London: British authorities are holding their first major planning exercise for the 2012 London Olympics since riots in the capital last month forced police to reassess their security plans for the games.
The government`s emergency committee, known as COBRA, started a three-day exercise yesterday to simulate responses to potential crises during the Olympics, detective chief superintendent Alaric Bonthron of the Metropolitan Police said.
"We are going through the whole gamut from food poisoning to terrorism through to heat waves and rail disruption," he said in an interview.
"We have to understand how we manage the games in those situations. This is the first major one since the riots."
The unrest flared in early August after an initially peaceful protest in London over the fatal shooting of a man by police turned violent.
Thousands of rioters rampaged through London and other major cities, burning and looting shops and buildings as police struggled to contain the country`s worst unrest since the 1980s.
"We are still reviewing everything post-riots to make sure we have learned the lessons," Bonthron said.
London was already preparing a massive security operation for the Olympics, but most of the attention had been on the threat of international terrorism until the outbreak of spontaneous unrest, which led to thousands of arrests.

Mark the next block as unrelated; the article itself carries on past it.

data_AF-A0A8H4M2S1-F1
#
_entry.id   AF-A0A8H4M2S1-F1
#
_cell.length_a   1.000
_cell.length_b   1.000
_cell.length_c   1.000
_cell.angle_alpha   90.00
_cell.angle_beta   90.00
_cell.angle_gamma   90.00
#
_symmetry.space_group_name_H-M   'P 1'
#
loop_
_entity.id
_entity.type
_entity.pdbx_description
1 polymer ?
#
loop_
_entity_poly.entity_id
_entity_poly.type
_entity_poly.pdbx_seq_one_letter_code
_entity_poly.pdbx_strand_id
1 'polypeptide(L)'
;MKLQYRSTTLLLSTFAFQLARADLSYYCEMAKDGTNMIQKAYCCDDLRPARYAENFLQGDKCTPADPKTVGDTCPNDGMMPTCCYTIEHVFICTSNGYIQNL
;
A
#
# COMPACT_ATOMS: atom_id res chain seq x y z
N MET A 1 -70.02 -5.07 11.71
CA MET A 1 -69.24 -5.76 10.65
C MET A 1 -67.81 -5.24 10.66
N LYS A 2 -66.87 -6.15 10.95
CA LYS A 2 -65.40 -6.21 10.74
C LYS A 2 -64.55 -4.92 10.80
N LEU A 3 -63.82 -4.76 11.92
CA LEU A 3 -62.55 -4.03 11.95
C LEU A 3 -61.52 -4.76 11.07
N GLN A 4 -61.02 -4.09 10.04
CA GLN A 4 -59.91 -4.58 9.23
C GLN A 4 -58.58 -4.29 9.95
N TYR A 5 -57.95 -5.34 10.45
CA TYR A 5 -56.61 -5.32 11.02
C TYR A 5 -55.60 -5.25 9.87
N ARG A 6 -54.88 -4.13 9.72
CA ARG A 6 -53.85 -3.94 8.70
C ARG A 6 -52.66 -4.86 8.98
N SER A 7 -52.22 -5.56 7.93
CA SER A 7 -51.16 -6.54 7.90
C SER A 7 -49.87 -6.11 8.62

"We recognise we didn`t always get it right during the rioting," Bonthron said at an Olympics planning conference.
"We are reassessing plans in light of what happened during the riots to make sure the resources we have ... match the risk."
About 12,000 police officers will be on duty each day of the July 27-August 12 games, which have a security budget of 475 million pounds (USD 732 million).
The latest in a series of security exercises, which ends on Friday, allows the police, government and games organizers to test how their infrastructure could cope with an emergency during the Olympics.
"It`s a simulation where people go through and exercise and test communications, test what sort of responses we need, what sort of information flows we would need ... to make sure everyone understand their games-time roles," Bonthron said.